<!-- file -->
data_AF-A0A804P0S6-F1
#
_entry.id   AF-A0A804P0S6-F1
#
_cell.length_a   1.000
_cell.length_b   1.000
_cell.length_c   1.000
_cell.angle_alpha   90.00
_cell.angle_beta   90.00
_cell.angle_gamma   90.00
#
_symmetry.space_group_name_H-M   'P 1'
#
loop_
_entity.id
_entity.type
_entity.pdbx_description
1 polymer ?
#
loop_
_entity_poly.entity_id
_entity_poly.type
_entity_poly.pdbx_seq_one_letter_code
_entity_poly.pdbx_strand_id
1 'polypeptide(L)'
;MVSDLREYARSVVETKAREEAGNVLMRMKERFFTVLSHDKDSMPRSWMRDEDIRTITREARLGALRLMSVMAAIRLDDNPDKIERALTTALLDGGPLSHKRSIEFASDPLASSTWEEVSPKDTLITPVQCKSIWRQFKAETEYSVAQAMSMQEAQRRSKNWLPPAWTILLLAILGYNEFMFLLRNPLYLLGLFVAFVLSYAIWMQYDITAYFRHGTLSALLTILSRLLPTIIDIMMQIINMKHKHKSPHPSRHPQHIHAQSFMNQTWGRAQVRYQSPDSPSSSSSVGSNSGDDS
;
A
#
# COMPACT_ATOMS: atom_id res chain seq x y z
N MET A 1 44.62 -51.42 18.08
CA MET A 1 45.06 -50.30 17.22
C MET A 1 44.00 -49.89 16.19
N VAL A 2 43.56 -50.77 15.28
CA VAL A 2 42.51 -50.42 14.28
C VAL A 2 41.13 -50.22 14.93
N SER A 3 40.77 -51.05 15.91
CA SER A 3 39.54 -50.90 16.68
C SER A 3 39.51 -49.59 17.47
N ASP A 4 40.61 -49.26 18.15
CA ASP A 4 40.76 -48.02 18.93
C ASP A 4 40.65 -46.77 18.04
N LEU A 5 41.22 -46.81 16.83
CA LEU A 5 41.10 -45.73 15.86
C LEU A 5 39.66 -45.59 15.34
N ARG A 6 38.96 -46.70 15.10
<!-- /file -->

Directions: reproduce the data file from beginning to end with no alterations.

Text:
data_AF-A0A804P0S6-F1
#
_entry.id   AF-A0A804P0S6-F1
#
_cell.length_a   1.000
_cell.length_b   1.000
_cell.length_c   1.000
_cell.angle_alpha   90.00
_cell.angle_beta   90.00
_cell.angle_gamma   90.00
#
_symmetry.space_group_name_H-M   'P 1'
#
loop_
_entity.id
_entity.type
_entity.pdbx_description
1 polymer ?
#
loop_
_entity_poly.entity_id
_entity_poly.type
_entity_poly.pdbx_seq_one_letter_code
_entity_poly.pdbx_strand_id
1 'polypeptide(L)'
;MVSDLREYARSVVETKAREEAGNVLMRMKERFFTVLSHDKDSMPRSWMRDEDIRTITREARLGALRLMSVMAAIRLDDNPDKIERALTTALLDGGPLSHKRSIEFASDPLASSTWEEVSPKDTLITPVQCKSIWRQFKAETEYSVAQAMSMQEAQRRSKNWLPPAWTILLLAILGYNEFMFLLRNPLYLLGLFVAFVLSYAIWMQYDITAYFRHGTLSALLTILSRLLPTIIDIMMQIINMKHKHKSPHPSRHPQHIHAQSFMNQTWGRAQVRYQSPDSPSSSSSVGSNSGDDS
;
A
#
# COMPACT_ATOMS: atom_id res chain seq x y z
N MET A 1 44.62 -51.42 18.08
CA MET A 1 45.06 -50.30 17.22
C MET A 1 44.00 -49.89 16.19
N VAL A 2 43.56 -50.77 15.28
CA VAL A 2 42.51 -50.42 14.28
C VAL A 2 41.13 -50.22 14.93
N SER A 3 40.77 -51.05 15.91
CA SER A 3 39.54 -50.90 16.68
C SER A 3 39.51 -49.59 17.47
N ASP A 4 40.61 -49.26 18.15
CA ASP A 4 40.76 -48.02 18.93
C ASP A 4 40.65 -46.77 18.04
N LEU A 5 41.22 -46.81 16.83
CA LEU A 5 41.10 -45.73 15.86
C LEU A 5 39.66 -45.59 15.34
N ARG A 6 38.96 -46.70 15.10